Living the Practice: An Encounter with a Man-Boy on the Streets of Vancouver. ~ Troy Turi

Via on Apr 2, 2013

vancouver

When the Sun Finally Rises.

In my constant pursuit to effect change by being it, I awoke this morning with a feeling of interconnectedness, a feeling of I am the yoga—knowing it implicitly, as when the day is set in a positive motion simply by being sunny. The sun rises, and you recognize how nourishing its beams are—its light—it elevates your horizon.

The problem is that so often we think it ends there, because today we’re elevated by sunshine’s glory, the warmth emancipating us from our winter excuses about why we aren’t able to find the heat during the cold time. We don’t want rains to dampen our mood on a sunny day.

This is a mistake.

Is this moment where I don’t hurt the same thing as happiness?” we may wonder.

The problem with happiness is that the pursuit is constant; people don’t know happiness intimately when they find it; they try and hold it for themselves rather than offer it, which keep is illuminated and alive.

Then life throws you your practice, the living practice in action.

A young, handsome man-boy, a charming 20-year-old, was testing the world.

He walked down Granville Street, loud and in need of attention. He lacked something from within. I knew this because he blew smoke in the faces of two Asian girls. He slithered up from behind and smiled throughout as they uncomfortably attempted to avoid his python energy. He didn’t allow them to reject him though. He didn’t flinch in their unceremonious reproach of who he pretended to be. Then he ran into me.

After taking the bump in with a “Hello, sir,” he was not sure of what I represented. He was right to be a little cautious. I, like you, wanted to do what was justified. I wanted to react, confront him, put him in his place, educate him, threaten him—but that’s the old me, the one previous to this morning. Whereas now I live yoga regardless of what the weather is like outside. Instead, I had to meet him where he was. This shouldn’t be hard, I thought. I recognized him in myself, in my 20-year-old self, 20 years past. No, not where I am would I meet him; where he was, I would go. That’s what space provides. So I talked to him as an equal, the same way I would have had he been a lion.

After a bit of dialogue, where it appeared he smelled an acceptance emanating from me, he dropped his abrasive side. Soon he seemed to realize that he was nice, and he punished me for it by raising the stakes on me, as if to challenge me, like I was a fish he was fighting to reel in. He needed a reaction from me. Reaction is what energy he called love.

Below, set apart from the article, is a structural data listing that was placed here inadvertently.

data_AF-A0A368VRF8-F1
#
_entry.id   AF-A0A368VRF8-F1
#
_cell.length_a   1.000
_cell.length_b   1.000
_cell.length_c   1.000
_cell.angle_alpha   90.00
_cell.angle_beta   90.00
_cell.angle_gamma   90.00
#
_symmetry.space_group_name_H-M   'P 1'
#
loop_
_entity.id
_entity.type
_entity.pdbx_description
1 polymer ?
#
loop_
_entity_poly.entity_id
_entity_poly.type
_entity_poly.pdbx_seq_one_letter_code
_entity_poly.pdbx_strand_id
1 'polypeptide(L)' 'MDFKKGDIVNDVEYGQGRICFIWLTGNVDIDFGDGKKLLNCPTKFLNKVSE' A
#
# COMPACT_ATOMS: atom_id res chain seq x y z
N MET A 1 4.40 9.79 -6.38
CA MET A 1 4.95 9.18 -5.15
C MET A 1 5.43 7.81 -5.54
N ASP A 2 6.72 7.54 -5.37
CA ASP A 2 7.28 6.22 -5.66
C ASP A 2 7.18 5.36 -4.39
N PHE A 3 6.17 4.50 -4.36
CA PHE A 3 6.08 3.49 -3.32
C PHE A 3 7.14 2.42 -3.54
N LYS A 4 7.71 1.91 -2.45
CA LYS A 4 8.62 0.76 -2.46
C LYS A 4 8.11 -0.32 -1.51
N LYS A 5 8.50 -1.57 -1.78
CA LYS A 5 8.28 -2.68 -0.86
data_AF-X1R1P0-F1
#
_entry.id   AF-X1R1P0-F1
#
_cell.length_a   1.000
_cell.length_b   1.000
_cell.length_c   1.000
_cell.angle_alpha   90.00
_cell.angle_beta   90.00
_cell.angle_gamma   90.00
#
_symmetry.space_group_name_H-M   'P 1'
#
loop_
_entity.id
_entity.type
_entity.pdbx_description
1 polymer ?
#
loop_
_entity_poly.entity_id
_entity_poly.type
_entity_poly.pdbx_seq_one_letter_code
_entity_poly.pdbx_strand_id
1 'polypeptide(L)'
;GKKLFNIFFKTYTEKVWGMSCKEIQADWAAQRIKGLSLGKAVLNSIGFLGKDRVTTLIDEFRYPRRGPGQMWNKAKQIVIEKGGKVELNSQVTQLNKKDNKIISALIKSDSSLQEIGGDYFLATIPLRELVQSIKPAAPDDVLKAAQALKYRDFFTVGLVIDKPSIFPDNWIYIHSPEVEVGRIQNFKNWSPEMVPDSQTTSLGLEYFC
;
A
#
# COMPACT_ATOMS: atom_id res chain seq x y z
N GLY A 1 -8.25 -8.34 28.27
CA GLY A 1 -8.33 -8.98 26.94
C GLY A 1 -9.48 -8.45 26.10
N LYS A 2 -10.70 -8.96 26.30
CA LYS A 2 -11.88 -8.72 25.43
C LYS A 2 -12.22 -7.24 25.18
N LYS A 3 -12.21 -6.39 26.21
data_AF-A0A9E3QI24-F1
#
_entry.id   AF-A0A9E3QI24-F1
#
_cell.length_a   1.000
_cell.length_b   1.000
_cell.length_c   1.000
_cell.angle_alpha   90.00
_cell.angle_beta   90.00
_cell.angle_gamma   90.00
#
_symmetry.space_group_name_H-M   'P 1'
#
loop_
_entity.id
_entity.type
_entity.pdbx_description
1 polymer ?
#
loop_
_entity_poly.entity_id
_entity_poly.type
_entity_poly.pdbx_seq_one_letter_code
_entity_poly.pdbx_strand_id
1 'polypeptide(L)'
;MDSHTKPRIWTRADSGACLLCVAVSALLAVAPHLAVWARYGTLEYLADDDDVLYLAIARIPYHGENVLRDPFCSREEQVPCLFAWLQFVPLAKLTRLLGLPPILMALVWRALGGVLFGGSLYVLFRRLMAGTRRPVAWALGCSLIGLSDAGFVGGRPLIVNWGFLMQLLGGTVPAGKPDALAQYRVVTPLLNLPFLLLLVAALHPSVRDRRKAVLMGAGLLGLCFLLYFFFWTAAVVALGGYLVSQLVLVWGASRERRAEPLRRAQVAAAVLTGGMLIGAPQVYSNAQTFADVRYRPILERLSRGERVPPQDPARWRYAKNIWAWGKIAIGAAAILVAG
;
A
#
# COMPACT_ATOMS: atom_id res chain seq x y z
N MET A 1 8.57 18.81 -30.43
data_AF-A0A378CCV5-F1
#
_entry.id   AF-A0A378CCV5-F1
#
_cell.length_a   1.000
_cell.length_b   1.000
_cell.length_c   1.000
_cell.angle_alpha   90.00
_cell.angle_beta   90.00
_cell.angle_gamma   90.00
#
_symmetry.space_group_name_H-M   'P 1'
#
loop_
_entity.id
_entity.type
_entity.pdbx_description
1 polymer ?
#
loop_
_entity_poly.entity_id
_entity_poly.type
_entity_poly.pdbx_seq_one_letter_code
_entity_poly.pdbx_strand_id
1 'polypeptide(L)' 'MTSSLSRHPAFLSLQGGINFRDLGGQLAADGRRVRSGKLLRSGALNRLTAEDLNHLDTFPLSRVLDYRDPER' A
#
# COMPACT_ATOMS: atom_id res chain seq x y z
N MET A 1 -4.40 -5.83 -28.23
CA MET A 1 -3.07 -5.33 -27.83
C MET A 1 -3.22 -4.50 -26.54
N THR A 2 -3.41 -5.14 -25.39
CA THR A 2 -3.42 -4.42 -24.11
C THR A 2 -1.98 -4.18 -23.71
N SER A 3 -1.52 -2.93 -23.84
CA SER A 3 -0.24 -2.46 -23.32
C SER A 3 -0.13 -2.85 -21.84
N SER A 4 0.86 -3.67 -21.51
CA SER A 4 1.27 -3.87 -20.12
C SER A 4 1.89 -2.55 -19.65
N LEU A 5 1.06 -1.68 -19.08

He started to rap, “Niggas and bitches, bitches like it in the butt, don’t you know…,” he suavely scanned to see if the underground transit people were feeding him what he thought he wanted. Attention. He wanted me to confront him. I know because I’m still, in attention, seeing, like I do inside a posture with just me, my breath and the thing that’s breathing me observing it all.

Yes, he wants me to confront him. Instead I talked to him, to me at that age, “It’s tough to be seen here in Vancouver, huh? Montreal would eat you up. It’s direct; you don’t have to guess how people feel. It’s all eyes.” My heart burns with openness, he’s listening.

Planet SunsetAfter a pause he asks, “You from there?”

He’s talking to me now like a buddy.

“No, I’m from here. That’s how I know what I’m talking about.” After a couple seconds of silence that felt like minutes, waiting for the Skytrain to approach, he turns again back to his reliable nature, abrasive to the others present. They react. He smiles.

The Skytrain rumbles in, he spits, I say to him, “Be well, Jedi,” and it starts as he says back, “Take care.”

 
 
 

troy ketut (1)Troy Turi has taught yoga for over 12 years. He works Internationally as a yoga teacher, doing retreats, workshops and classes around the world. He worked for 7 years within prisons as a Gestalt Therapist and as an Interventionist (helping families work through addiction and treatment) throughout North America, incorporating yoga and breathing as the cornerstone for people finding their way into healing themselves. He also worked with the Squamish Nation, the largest band in Canada. He is doing a Global AWAREness Tour throughout Canada this summer. Dates appear on line at turiyoga.com.

Like elephant journal’s yoga community on Facebook.

Ed: Brianna Bemel

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3 Responses to “Living the Practice: An Encounter with a Man-Boy on the Streets of Vancouver. ~ Troy Turi”

  1. kmacku says:

    I think I know the guy you're talking about. I think I saw him during my last visit to Vancouver bopping around downtown.

  2. KKHM says:

    There was so much wisdom in your interaction with this young man. Thank you for the positive change of events I believe this encounter has now put into place!

  3. troy says:

    Yoga, by definition, means… The Union between Polarities.. if we can't be the union while seeing the polarties alive in this moment, to see what then happens when we try the way that is different from what is usually lived out, then what's the point? It's not in the honeymoon period that you discover what the love in the marriage is all about.

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